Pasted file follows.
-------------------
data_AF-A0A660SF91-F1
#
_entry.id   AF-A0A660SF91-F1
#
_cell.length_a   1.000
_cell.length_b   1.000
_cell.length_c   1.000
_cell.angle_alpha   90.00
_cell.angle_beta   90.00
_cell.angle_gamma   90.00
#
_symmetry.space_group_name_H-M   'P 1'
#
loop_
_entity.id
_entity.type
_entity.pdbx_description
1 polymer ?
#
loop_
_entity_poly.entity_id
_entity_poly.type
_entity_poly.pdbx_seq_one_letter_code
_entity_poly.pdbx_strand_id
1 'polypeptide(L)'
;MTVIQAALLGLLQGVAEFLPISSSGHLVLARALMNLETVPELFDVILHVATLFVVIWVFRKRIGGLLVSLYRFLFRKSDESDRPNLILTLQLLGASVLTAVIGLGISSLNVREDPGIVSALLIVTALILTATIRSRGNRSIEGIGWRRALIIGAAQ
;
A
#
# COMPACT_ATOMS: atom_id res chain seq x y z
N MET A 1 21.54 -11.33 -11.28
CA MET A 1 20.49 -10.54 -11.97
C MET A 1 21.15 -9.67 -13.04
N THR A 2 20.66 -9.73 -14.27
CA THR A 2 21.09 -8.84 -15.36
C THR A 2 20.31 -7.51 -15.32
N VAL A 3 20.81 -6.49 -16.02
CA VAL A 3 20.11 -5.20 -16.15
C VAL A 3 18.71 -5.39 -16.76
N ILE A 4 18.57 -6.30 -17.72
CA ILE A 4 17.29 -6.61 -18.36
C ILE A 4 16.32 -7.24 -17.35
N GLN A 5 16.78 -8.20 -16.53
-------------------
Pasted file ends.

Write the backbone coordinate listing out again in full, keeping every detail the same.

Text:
data_AF-A0A660SF91-F1
#
_entry.id   AF-A0A660SF91-F1
#
_cell.length_a   1.000
_cell.length_b   1.000
_cell.length_c   1.000
_cell.angle_alpha   90.00
_cell.angle_beta   90.00
_cell.angle_gamma   90.00
#
_symmetry.space_group_name_H-M   'P 1'
#
loop_
_entity.id
_entity.type
_entity.pdbx_description
1 polymer ?
#
loop_
_entity_poly.entity_id
_entity_poly.type
_entity_poly.pdbx_seq_one_letter_code
_entity_poly.pdbx_strand_id
1 'polypeptide(L)'
;MTVIQAALLGLLQGVAEFLPISSSGHLVLARALMNLETVPELFDVILHVATLFVVIWVFRKRIGGLLVSLYRFLFRKSDESDRPNLILTLQLLGASVLTAVIGLGISSLNVREDPGIVSALLIVTALILTATIRSRGNRSIEGIGWRRALIIGAAQ
;
A
#
# COMPACT_ATOMS: atom_id res chain seq x y z
N MET A 1 21.54 -11.33 -11.28
CA MET A 1 20.49 -10.54 -11.97
C MET A 1 21.15 -9.67 -13.04
N THR A 2 20.66 -9.73 -14.27
CA THR A 2 21.09 -8.84 -15.36
C THR A 2 20.31 -7.51 -15.32
N VAL A 3 20.81 -6.49 -16.02
CA VAL A 3 20.11 -5.20 -16.15
C VAL A 3 18.71 -5.39 -16.76
N ILE A 4 18.57 -6.30 -17.72
CA ILE A 4 17.29 -6.61 -18.36
C ILE A 4 16.32 -7.24 -17.35
N GLN A 5 16.78 -8.20 -16.53